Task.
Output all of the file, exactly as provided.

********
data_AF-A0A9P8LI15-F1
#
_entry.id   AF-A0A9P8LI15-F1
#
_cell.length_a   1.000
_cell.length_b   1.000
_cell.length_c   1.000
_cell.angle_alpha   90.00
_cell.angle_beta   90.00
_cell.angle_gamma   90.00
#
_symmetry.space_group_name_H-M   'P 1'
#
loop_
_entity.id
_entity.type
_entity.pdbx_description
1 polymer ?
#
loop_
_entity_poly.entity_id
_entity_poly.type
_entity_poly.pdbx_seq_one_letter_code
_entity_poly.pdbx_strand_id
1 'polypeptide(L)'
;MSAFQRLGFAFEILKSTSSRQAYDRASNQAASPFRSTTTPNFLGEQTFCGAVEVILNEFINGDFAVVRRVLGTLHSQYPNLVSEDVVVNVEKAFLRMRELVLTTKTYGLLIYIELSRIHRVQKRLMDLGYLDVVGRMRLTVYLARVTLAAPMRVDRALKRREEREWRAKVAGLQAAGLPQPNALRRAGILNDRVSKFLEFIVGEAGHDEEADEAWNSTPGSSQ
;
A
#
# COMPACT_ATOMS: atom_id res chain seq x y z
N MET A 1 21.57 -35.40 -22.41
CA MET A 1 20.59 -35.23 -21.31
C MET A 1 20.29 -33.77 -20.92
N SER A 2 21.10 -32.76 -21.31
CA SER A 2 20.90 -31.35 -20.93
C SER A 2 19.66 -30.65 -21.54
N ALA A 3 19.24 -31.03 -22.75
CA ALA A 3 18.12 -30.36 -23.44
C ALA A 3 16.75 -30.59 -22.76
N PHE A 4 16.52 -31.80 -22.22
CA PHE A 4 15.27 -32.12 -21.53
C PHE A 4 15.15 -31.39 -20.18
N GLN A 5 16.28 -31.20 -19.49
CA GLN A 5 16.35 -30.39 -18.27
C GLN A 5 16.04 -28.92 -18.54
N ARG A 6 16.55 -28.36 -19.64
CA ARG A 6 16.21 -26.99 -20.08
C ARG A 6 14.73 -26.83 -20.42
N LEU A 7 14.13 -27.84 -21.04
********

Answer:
data_AF-A0A9P8LI15-F1
#
_entry.id   AF-A0A9P8LI15-F1
#
_cell.length_a   1.000
_cell.length_b   1.000
_cell.length_c   1.000
_cell.angle_alpha   90.00
_cell.angle_beta   90.00
_cell.angle_gamma   90.00
#
_symmetry.space_group_name_H-M   'P 1'
#
loop_
_entity.id
_entity.type
_entity.pdbx_description
1 polymer ?
#
loop_
_entity_poly.entity_id
_entity_poly.type
_entity_poly.pdbx_seq_one_letter_code
_entity_poly.pdbx_strand_id
1 'polypeptide(L)'
;MSAFQRLGFAFEILKSTSSRQAYDRASNQAASPFRSTTTPNFLGEQTFCGAVEVILNEFINGDFAVVRRVLGTLHSQYPNLVSEDVVVNVEKAFLRMRELVLTTKTYGLLIYIELSRIHRVQKRLMDLGYLDVVGRMRLTVYLARVTLAAPMRVDRALKRREEREWRAKVAGLQAAGLPQPNALRRAGILNDRVSKFLEFIVGEAGHDEEADEAWNSTPGSSQ
;
A
#
# COMPACT_ATOMS: atom_id res chain seq x y z
N MET A 1 21.57 -35.40 -22.41
CA MET A 1 20.59 -35.23 -21.31
C MET A 1 20.29 -33.77 -20.92
N SER A 2 21.10 -32.76 -21.31
CA SER A 2 20.90 -31.35 -20.93
C SER A 2 19.66 -30.65 -21.54
N ALA A 3 19.24 -31.03 -22.75
CA ALA A 3 18.12 -30.36 -23.44
C ALA A 3 16.75 -30.59 -22.76
N PHE A 4 16.52 -31.80 -22.22
CA PHE A 4 15.27 -32.12 -21.53
C PHE A 4 15.15 -31.39 -20.18
N GLN A 5 16.28 -31.20 -19.49
CA GLN A 5 16.35 -30.39 -18.27
C GLN A 5 16.04 -28.92 -18.54
N ARG A 6 16.55 -28.36 -19.64
CA ARG A 6 16.21 -26.99 -20.08
C ARG A 6 14.73 -26.83 -20.42
N LEU A 7 14.13 -27.84 -21.04